In this comparison, the Tesco Hudl 2 is the hands-down winner with a price in between the two Fire HD tablets (before removing special offers) for the same storage amount. It has a better design, build, hardware and software. Only buy the Fire HD 6 if you don’t mind a small screen and want to spend as little as possible.
How much you’re willing to spend on a tablet is going to have a big impact on which model you buy. If you’re reading this then you probably want a budget tablet as the most expensive here is £129. That’s the very affordable, in the grand scheme, Tesco Hudl 2 which is only £10 more expensive than its predecessor and can be purchased with double value vouchers using ClubCard Boost so if you spend £65 worth of vouchers on the Hudl 2 then it’s effectively free. Read:
Tesco Hudl vs Hudl 2 comparison review.
If you’re trying to save as much as possible, then Amazon’s Fire HD 6 looks like a bargain and the HD 7 is cheaper if you opt for less storage. In fact, only the HD 7 with 32 GB of storage is more expensive.
There is one caveat though which is that the prices in the table below are for Amazon’s tablets with ‘special offers’ meaning you’ll be served advertising as a screensaver and on the lockscreen. You can have these removed if you pay an extra £10.
Price isn’t everything so see below to find out what you get for your money in each case.
Tesco Hudl 2
Fire HD 6
Fire HD 7
Tesco Hudl 2 vs Fire HD 7 vs Fire HD 6: Design and build
If you like colourful devices then you’re in luck here. The Fire HD tablets are available in five colours (black, yellow, blue, pink and white) and the Hudl 2 is available in a whopping eight (black, white, blue, orange, purple, pink, red and turquoise).
In terms of design, the Hudl 2 looks and feels a lot more premium with its stylish curves and soft matt rubber finish. The tablet is relatively thin at 9 mm but fairly heavy at just over 400 g. It’s understandably heavier than the Amazon tablets, which are 337 g and 290 g respectively, due to its size.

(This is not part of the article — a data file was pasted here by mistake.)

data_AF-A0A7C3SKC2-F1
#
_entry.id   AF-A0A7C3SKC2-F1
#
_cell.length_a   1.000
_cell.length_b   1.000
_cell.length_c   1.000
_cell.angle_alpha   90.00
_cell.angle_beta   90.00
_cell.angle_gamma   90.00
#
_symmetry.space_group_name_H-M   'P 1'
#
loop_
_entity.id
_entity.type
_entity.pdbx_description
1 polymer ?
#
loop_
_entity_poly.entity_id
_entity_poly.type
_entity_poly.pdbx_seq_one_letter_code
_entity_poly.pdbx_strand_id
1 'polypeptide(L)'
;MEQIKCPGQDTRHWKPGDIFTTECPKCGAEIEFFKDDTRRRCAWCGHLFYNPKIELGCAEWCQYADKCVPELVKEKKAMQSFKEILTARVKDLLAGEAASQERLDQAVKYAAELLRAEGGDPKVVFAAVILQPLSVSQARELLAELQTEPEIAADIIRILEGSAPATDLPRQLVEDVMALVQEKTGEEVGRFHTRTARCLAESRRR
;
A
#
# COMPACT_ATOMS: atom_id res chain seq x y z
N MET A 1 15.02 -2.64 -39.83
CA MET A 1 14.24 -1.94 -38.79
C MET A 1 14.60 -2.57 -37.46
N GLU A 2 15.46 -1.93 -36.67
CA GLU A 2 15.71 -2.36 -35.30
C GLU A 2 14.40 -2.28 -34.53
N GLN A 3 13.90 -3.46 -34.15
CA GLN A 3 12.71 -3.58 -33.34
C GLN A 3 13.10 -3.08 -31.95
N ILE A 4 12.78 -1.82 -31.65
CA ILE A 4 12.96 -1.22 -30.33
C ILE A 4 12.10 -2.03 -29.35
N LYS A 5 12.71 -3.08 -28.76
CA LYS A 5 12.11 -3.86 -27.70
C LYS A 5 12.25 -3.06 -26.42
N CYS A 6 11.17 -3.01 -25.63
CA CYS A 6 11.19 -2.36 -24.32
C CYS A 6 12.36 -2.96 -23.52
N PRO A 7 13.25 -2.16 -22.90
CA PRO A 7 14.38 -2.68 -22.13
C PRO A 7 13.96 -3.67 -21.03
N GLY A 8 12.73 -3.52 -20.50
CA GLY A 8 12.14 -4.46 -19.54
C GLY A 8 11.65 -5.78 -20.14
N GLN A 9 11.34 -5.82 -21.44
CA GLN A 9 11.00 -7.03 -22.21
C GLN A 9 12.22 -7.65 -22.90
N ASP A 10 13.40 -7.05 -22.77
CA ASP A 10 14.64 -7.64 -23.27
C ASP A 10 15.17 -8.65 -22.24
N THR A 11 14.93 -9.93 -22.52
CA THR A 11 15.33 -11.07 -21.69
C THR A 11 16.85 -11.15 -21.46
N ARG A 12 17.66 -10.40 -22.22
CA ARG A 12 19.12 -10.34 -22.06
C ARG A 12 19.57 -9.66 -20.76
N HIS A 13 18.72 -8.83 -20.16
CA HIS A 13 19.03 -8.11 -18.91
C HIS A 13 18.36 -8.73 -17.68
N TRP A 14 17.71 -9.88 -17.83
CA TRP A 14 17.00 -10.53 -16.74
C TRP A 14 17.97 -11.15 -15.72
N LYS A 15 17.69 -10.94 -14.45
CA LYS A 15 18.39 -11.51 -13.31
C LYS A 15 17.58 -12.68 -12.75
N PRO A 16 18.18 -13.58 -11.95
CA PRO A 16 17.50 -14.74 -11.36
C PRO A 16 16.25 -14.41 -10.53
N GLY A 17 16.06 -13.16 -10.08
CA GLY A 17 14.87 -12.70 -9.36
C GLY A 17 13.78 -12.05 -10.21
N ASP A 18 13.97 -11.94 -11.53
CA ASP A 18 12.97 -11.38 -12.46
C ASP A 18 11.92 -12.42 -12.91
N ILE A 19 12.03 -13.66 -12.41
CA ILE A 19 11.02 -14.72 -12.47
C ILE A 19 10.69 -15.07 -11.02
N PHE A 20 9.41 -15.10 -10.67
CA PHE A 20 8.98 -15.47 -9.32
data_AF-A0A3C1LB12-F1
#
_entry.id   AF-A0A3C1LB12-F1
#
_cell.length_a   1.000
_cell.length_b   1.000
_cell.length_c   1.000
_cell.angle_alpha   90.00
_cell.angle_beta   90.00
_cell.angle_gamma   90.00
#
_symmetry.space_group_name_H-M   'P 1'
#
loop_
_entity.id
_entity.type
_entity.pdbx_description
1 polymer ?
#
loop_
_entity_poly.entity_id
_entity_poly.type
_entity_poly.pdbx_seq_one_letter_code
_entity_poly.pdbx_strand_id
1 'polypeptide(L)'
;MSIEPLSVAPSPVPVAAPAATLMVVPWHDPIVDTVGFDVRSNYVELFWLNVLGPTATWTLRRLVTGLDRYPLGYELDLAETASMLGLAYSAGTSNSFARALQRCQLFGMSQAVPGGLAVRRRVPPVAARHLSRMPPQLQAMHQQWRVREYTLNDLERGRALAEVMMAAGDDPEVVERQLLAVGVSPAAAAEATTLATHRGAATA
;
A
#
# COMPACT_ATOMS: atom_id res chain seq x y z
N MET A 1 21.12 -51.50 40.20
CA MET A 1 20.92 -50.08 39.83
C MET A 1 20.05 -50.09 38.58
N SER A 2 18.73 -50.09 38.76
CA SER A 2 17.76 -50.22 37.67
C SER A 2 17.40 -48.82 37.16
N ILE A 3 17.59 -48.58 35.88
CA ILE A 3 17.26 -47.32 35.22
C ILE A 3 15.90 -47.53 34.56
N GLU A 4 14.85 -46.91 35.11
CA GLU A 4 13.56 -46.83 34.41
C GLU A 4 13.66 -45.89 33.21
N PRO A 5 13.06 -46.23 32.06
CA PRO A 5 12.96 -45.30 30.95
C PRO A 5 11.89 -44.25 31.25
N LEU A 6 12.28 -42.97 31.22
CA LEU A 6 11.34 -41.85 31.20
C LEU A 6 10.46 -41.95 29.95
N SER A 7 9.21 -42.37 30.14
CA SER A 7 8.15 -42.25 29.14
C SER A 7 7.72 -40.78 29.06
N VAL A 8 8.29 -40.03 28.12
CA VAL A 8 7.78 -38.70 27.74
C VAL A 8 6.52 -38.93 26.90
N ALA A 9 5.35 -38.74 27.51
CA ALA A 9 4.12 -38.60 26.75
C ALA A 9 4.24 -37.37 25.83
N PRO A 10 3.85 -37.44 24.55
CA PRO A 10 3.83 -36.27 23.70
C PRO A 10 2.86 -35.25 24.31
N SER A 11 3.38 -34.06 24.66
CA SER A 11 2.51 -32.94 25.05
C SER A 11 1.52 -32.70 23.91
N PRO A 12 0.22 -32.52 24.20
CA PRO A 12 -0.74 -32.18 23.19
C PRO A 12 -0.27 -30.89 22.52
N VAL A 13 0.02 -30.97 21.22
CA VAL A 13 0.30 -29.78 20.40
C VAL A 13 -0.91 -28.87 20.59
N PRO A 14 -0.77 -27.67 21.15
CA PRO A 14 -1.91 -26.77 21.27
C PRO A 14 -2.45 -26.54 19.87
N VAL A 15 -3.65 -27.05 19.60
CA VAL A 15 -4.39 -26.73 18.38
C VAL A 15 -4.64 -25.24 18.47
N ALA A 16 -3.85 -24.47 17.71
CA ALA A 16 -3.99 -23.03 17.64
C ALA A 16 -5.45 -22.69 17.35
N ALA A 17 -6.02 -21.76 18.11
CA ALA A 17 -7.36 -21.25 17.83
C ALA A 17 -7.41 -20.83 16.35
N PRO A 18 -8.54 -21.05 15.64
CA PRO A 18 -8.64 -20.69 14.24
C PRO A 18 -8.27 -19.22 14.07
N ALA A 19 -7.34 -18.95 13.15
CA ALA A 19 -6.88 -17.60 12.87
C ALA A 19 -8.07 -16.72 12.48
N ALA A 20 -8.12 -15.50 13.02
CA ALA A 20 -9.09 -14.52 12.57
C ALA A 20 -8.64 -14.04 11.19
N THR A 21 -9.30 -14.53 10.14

We’re not a big fan of the chunky bezels on the Fire HD tablets and the fact they are nearly 11 mm thick.
Tesco Hudl 2 vs Fire HD 7 vs Fire HD 6: Hardware specs and features
Although the Hudl 2 is more expensive than its rivals here (ignoring paying for it with vouchers), it comes with a decent set of specifications. You get an excellent 8.3in IPS screen with a Full HD resolution (1920 x 1200).
You also get an Intel Atom quad-core processor clocked at 1.8 GHz and 2 GB of RAM. There’s only a 16 GB storage option but the Hudl 2 does come with a microSD card slot so you can add up to 32 GB more.
The main difference between the HD 6 and HD 7 is the screen size and you can guess from their names how big they are. At 6in, the HD 6 is very smaller for a tablet but since they use the same 1280 x 800 resolution, it is slightly higher in pixel density than its bigger brother.
Beyond the screen, both Fire HD tablets use a quad-core 1.5 GHz processor and 1 GB of RAM. You do get the choice of storage amounts but pick carefully as neither offers expandable storage and the amount available is, as with any tablet, less than the headline value.
Here are the benchmark results:
Tesco Hudl 2
Fire HD 6/7
Since these are budget tablets, you’re not going to find fancy things like a fingerprint scanner or IR blaster. On the things that you would expect, the Hudl 2 wins with dual-band Wi-Fi, Bluetooth 4.0, GPS and a micro-HDMI port. The Fire HD tablets are limited to single-band Wi-Fi, Bluetooth 4.0 and no GPS or HDMI port.
Both the Fire HD tablets have rear facing speakers but a small difference is that the larger model has stereo speakers as opposed to a single mono speaker. The Hudl 2 has rear facing stereo speakers.
Moving onto cameras and the Hudl 2 outperforms again with a 5 Mp rear camera and a 1.2 Mp front camera. Amazon has only fitted the Fire HD 6 and 7 with a 2 Mp main camera and VGA front camera.
Tesco Hudl 2 vs Fire HD 7 vs Fire HD 6: Software
There’s a huge difference in software as the Amazon Fire HD tablets runs the firm’s own Fire OS 4 which is based on Android but vastly different. Meanwhile, the Hudl 2 runs on an almost stock Android 4.4 KitKat with a few Tesco related bits and pieces.
Both have decent parental control features if children are going to be using the device but a key difference is that the Fire HD tablets don’t allow access to the Google Play store to download apps, games and other content – you must essentially get everything from Amazon.
It’s worth noting that the HD 6 and HD 7 don’t come with Amazon’s MayDay feature which is only found on HDX models.
Tech Advisor's Reviews Editor, Chris has been reviewing all kinds of tech for over 10 years and specialises in audio. He also covers a range of topics including home entertainment, phones, laptops, tablets and more.